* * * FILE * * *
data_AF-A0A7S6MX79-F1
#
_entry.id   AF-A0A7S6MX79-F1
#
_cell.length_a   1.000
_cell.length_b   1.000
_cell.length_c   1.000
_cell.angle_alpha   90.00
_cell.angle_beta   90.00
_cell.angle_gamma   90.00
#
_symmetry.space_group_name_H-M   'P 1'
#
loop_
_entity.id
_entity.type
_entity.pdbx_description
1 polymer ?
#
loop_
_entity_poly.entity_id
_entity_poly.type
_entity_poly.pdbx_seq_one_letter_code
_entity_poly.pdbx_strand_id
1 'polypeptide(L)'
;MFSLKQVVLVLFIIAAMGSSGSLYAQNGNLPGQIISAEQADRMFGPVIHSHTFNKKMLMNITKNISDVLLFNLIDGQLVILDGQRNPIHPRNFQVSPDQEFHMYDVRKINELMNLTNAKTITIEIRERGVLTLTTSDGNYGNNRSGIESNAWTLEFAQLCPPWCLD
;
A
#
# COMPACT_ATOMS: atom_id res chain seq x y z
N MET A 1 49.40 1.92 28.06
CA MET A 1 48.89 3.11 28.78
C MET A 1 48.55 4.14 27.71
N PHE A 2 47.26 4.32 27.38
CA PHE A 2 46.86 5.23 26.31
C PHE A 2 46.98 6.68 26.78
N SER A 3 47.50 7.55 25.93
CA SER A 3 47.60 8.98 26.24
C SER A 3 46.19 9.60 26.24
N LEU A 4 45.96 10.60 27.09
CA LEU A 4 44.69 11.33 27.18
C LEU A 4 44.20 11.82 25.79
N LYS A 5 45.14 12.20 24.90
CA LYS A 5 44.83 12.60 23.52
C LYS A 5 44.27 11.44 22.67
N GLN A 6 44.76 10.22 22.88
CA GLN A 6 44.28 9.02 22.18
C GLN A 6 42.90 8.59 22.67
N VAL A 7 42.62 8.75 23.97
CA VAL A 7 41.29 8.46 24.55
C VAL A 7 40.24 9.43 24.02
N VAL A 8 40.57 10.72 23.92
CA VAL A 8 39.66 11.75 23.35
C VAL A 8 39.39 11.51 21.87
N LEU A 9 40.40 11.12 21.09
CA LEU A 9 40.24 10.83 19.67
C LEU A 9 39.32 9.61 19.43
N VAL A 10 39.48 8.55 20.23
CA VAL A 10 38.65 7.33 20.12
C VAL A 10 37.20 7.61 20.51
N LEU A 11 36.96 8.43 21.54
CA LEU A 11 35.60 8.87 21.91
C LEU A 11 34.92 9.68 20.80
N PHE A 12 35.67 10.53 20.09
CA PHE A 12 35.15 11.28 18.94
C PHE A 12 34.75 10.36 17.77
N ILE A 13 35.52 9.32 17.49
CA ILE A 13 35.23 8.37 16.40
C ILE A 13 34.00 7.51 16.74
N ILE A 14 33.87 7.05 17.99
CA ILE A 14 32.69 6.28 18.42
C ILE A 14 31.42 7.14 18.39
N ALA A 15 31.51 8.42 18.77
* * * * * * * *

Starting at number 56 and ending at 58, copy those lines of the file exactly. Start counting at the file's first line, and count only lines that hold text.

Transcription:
CA LEU A 9 40.24 10.83 19.67
C LEU A 9 39.32 9.61 19.43
N VAL A 10 39.48 8.55 20.23